Hyphen uses 3D printers to make production tools only during the research and development phase.  The 3D printers allow the startup to test new designs in a timely manner as they perfect the assembly-line process.
Hyphen uses 3D printers by Formlabs to make production tools during the research and development phase.Hyphen

Some of the equipment used to hold food are made using 3D printers. Augers, or spiral-shaped tools, are also made with 3D printers.

Fukuba said Hyphen is using 3D printers to make production tools only during the research and development phase. The 3D printers allow the startup to test new designs in a timely manner as they perfect the assembly-line process. 

"We have three printers working 24/7," he said. "Speed is essential as a startup."

The next stop on the line is toppings. Roasted and salted cashews top the bowl. Portioning is automated using algorithms based on the order size.

Cashews are dispensed automatically on the bowl.  Hyphen's makeline for Chipotle.
Cashews are dispensed automatically on the bowl.Hyphen

Fukuba said The Makeline is programmed to dynamically portion ingredients based on the order size.

"Algorithms dynamically adjust to the order size," he said.

The Makeline will "scale up" each item if the customer chooses only a few toppings. But if someone orders a lot of add-ons, the system will reduce each portion size to ensure everything fits in the bowl. Protein portions are never reduced, Fukuba said.

Dynamic portioning means chains like Chipotle can deliver a consistent meal every time. Fukuba said it solves issues restaurants have with customers complaining they've received "under portioned" meals.

The bowl continues down the Makeline until all the ingredients are prepared. The Makeline can crank out between 120 to 180 bowls per hour depending on the number of ingredients on the menu.

Hyphen's bowl continues down the automated makeline.
Hyphen's bowl continues down the automated makeline.Hyphen

How does automation compare to a human?

Hyphen said one person can make about 20 to 30 bowls per hour.

Besides volume, chains like Chipotle can count on Hyphen's automation to be more accurate than a human.

"So generally, across the board, we're always more accurate than a comparable person running at the same rate," Fukuba said. "It is more consistent and accurate than a person normally would be going at the same speed."

A tablet at the end of The Makeline shows the progress of the bowl as it goes down the line. The tablet will indicate when an order is complete.

Hyphen has a tablet indicating the bowl is complete.
Hyphen's automated makeline has a tablet indicating when the bowl is complete.Hyphen

Once the bowl is completed, it is put in a lift and sent to the top of the Makeline. At that point, a human steps in. A worker then grabs the bowl, puts a lid on it, and gets it ready for pickup.

Chipotle is tapping Hyphen to help streamline its digital orders, which surpassed $3 billion in sales last year.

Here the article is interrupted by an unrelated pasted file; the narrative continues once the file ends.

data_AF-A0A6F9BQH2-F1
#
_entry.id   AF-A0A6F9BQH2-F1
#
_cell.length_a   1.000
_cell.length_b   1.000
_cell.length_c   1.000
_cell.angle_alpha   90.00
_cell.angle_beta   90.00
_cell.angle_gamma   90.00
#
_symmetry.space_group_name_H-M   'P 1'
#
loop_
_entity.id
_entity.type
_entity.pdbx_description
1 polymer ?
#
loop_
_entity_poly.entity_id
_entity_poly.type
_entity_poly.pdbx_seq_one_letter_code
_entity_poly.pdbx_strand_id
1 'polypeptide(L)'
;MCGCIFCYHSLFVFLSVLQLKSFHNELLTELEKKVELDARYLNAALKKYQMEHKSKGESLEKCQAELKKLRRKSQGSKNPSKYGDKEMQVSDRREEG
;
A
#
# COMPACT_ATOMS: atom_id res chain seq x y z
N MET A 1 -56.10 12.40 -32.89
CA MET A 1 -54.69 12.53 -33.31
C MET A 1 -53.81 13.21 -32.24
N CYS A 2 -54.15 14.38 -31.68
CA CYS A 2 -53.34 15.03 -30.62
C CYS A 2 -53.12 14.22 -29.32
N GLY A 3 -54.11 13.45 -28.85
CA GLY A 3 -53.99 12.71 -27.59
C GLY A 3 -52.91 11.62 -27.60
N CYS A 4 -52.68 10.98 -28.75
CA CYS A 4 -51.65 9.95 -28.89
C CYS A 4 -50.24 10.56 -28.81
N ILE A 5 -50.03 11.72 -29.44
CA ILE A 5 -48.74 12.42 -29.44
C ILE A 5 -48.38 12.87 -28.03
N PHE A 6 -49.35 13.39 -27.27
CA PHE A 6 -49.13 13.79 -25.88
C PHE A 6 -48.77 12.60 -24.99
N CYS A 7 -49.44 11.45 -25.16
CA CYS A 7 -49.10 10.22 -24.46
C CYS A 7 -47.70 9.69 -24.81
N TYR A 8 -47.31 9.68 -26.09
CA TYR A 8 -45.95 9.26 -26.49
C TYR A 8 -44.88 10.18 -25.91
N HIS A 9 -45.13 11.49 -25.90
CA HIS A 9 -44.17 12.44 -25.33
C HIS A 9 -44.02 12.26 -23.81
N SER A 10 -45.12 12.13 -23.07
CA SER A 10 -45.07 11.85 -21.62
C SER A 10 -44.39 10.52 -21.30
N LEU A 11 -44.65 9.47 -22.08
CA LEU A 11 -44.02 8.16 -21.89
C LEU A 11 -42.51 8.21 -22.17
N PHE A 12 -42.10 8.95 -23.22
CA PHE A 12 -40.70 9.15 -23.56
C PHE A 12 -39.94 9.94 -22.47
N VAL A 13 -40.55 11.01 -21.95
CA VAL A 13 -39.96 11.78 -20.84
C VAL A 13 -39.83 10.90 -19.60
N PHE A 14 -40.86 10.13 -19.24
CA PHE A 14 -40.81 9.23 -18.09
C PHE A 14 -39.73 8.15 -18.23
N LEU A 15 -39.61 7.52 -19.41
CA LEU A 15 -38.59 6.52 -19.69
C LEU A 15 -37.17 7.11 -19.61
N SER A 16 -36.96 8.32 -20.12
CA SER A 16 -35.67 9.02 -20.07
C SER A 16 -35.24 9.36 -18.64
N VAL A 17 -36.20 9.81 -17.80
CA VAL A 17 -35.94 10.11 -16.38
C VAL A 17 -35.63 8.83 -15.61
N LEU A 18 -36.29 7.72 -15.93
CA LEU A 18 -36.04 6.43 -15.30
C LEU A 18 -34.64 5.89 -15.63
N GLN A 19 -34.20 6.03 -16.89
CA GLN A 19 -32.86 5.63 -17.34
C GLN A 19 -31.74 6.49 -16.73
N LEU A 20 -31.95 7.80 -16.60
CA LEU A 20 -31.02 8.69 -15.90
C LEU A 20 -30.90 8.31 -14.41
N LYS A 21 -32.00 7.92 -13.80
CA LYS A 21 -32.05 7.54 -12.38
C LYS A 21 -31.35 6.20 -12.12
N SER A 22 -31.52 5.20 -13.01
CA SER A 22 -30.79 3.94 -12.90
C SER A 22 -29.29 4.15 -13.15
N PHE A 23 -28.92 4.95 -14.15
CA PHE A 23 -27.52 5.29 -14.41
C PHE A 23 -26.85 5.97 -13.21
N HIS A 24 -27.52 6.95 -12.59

Chipotle doorstep delivery
Digital orders include takeout and delivery orders placed through the Chipotle app or through third-party aggregators like DoorDash.Nancy Luna/Insider

Since Brian Niccol became CEO in 2018, the chain has been focused on building its digital business.

Mobile orders can be picked up using Chipotle's drive-thru lanes, dubbed Chipotlanes. Restaurants also have pickup shelves for delivery and takeout orders made through the chain's app or third-party delivery services like DoorDash.

The chain is also testing new store designs, focusing solely on digital orders.

In 2022, Chipotle's digital business surpassed $3 billion in revenue. In the third quarter of 2023, digital sales represented 38% of the chain's food and beverage revenue.

Automating the preparation of digital orders is among a handful of tech initiatives Chipotle is piloting. The chain is also testing Chippy, a robotic tortilla-chip maker.

Chippy robot Chipotle
Cutting limes.Chipotle

Chipotle's Chippy uses artificial intelligence to replicate Chipotle's exact chip-making recipe, the company said. Chippy is a one-store test for now.

The chain is also testing internally an avocado-cutting robot named Autocado. The robot is expected to slice guacamole preparation time in half. It's set to eventually use artificial intelligence and machine learning to evaluate the quality of the avocados to help limit waste.

 

Hyphen's The Makeline is expected to enter Chipotle restaurants next year.

Someone dolloping guacamole on a Chipotle bowl.
Chipotle is testing Hyphen to automate digital orders. Employees will still prepare in-restaurant orders.Joe Raedle

Niccol said earlier this year that the chain will likely install the first automated makelines in new restaurants.

Hyphen and Chipotle are working to design the robotic makeline so it will "work with our existing restaurants," Niccol said.

The chain, which operates more than 3,250 restaurants, plans to more than double in size over time to 7,000 restaurants.